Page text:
US clearing giant, The Depository Trust & Clearing Corporation (DTCC), insisted on Tuesday that a merger with London-based clearing house LCH.Clearnet would be completed by the end of March, despite a possible rival bid.
On Monday, interdealer broker Icap confirmed it is "an equal member of a consortium of a number of leading financial institutions" - rumoured to include Société Générale, which declined to comment - that may place a cash offer for LCH.Clearnet and break up a non-binding merger agreement made on October 22, 2008 between the UK clearing firm and DTCC.
The European clearing house has not yet received any formal offer from the consortium and the discussions are said to be at a preliminary stage. However, any proposition would need to be greater than the price agreed with the DTCC, which gave an implied equity value for LCH of €739 million, or up to €10 a share.
Under the terms of the proposed DTCC-LCH merger, scheduled to close on March 15, 2009 following a due diligence process, the US clearer will receive 100% of the ordinary shares of LCH.Clearnet, forming a US-governed transatlantic juggernaut in the clearing space - a cause for concern among some European market participants.
In 2007, DTCC cleared and settled transactions with a total notional value of $1.86 quadrillion, while LCH cleared €616 trillion (then $899 trillion) of trades.
With European regulators pushing for greater control in post-trade services, as seen most clearly with the European Commission's drive for an EU-domiciled clearing solution for credit default swaps (CDS), the DTCC went to lengths on Tuesday to reassure European market participants that LCH will still operate as a European firm.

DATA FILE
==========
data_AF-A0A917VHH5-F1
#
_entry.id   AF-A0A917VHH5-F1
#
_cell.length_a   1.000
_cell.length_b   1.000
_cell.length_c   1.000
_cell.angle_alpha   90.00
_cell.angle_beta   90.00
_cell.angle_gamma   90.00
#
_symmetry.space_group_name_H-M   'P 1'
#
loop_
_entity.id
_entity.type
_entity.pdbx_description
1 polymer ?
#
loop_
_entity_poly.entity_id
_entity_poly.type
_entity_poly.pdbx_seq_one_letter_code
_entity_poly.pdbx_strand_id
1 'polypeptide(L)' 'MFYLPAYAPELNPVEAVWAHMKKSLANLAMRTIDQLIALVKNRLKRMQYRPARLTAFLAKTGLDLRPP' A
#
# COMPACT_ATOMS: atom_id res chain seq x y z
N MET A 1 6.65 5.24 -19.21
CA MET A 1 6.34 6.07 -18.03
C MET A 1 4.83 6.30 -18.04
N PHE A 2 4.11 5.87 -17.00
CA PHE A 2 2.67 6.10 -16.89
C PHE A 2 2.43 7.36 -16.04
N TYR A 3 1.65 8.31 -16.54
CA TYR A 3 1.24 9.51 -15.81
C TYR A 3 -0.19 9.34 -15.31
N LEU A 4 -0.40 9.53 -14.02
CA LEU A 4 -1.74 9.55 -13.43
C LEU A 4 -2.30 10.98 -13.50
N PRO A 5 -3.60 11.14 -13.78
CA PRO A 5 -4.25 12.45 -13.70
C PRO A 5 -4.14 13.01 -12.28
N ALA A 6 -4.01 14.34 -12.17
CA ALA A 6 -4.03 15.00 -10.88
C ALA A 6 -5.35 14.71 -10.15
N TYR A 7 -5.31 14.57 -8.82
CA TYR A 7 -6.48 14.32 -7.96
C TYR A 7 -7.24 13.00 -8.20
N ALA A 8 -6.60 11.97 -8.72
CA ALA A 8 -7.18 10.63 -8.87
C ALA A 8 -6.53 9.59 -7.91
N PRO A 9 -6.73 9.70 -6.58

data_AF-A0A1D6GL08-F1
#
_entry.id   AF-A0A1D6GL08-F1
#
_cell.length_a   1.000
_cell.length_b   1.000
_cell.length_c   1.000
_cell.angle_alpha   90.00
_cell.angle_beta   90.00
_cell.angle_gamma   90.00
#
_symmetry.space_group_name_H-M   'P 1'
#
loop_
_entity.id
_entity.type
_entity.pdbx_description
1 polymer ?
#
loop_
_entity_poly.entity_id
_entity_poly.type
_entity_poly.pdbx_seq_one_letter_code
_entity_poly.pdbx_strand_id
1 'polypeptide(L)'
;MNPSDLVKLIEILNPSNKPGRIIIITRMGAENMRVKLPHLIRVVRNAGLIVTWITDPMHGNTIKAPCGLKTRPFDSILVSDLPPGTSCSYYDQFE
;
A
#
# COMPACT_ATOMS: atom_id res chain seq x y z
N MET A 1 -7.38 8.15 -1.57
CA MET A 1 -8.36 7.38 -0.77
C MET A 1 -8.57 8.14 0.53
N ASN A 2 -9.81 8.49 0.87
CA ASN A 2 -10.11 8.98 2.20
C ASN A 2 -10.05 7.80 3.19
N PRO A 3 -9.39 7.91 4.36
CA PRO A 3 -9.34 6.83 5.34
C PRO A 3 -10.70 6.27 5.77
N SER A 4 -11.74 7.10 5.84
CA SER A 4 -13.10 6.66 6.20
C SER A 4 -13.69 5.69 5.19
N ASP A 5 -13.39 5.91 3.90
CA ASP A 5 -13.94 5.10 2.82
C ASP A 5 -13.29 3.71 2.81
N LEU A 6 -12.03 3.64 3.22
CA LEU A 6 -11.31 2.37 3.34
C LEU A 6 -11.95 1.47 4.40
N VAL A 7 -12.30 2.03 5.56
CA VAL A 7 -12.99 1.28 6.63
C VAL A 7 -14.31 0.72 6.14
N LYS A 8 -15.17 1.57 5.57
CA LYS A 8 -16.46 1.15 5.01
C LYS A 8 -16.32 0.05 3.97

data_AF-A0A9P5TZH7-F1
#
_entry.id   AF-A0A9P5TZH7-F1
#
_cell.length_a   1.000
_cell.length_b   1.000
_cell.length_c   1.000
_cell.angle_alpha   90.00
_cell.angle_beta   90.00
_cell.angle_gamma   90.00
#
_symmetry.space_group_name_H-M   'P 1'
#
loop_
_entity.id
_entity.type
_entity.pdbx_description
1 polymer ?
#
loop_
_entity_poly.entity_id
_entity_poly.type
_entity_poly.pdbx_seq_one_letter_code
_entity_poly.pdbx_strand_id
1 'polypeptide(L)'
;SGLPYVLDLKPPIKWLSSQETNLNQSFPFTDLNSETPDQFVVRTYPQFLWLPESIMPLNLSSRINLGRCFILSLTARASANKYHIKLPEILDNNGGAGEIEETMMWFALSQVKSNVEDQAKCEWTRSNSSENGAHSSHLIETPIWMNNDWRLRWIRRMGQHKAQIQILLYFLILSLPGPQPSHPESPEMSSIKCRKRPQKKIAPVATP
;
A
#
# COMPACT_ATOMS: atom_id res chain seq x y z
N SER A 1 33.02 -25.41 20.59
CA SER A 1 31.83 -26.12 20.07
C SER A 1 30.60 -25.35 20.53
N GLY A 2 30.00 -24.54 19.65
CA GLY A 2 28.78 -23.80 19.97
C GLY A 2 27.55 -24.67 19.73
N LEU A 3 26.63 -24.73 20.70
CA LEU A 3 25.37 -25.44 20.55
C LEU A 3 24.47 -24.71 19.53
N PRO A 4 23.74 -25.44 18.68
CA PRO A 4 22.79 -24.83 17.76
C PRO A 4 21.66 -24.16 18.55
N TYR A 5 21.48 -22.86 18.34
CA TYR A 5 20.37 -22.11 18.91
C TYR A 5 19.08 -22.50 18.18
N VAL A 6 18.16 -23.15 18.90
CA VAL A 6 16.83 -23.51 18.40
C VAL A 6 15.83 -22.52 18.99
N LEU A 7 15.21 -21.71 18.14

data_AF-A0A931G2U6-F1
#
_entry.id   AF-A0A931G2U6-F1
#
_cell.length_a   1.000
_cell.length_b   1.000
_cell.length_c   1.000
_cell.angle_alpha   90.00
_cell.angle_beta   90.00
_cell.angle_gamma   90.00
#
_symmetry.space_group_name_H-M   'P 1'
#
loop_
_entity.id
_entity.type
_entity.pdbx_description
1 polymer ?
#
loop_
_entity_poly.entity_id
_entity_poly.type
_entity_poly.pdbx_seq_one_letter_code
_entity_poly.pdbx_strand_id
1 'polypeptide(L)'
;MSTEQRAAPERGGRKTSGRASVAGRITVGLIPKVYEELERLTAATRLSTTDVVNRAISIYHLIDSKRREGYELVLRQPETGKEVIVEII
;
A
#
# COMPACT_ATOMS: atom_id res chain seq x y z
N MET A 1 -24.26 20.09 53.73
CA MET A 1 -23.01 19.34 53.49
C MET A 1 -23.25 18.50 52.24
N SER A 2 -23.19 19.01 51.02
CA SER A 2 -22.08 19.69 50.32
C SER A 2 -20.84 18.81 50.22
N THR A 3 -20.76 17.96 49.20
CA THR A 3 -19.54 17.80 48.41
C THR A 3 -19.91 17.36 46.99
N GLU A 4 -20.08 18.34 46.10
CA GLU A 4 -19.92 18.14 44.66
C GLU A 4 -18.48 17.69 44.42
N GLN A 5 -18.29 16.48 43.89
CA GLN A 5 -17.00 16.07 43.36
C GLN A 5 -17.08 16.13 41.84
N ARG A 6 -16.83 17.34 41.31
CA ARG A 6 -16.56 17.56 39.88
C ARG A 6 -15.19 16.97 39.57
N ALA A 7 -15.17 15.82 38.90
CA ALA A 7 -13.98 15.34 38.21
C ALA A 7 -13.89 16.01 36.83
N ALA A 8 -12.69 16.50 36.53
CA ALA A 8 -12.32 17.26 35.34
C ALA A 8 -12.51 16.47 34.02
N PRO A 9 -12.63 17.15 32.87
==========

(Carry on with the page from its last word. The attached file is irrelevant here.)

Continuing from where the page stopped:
A European holding company - LCH.Clearnet HoldCo - is to be created from the merger, with a governing board made up of European firms. The company would be subject to local regulatory supervision in the UK and the eurozone, DTCC said.
Clarke Pitts, London-based managing director in charge of equity derivatives at Daiwa Securities SMBC, suggested that while US-domination in European markets may be a concern to some dealers, the new consortium of investment banks is less motivated by these concerns. "It is, as others have pointed out, conceivable that EU regulators could be worried about regulatory interference from the US. However, the consortium will be mainly motivated by the revenue opportunity," he said.
The prospect of a dealer-owned clearinghouse could cause concerns of its own over potential conflicts of interests. However, Conor Cunningham, executive director of fixed income, futures and options at JP Morgan in London, disagreed: "The defining line between exchanges and brokerage houses is being blurred, and this is a natural evolution of consolidation in the industry".
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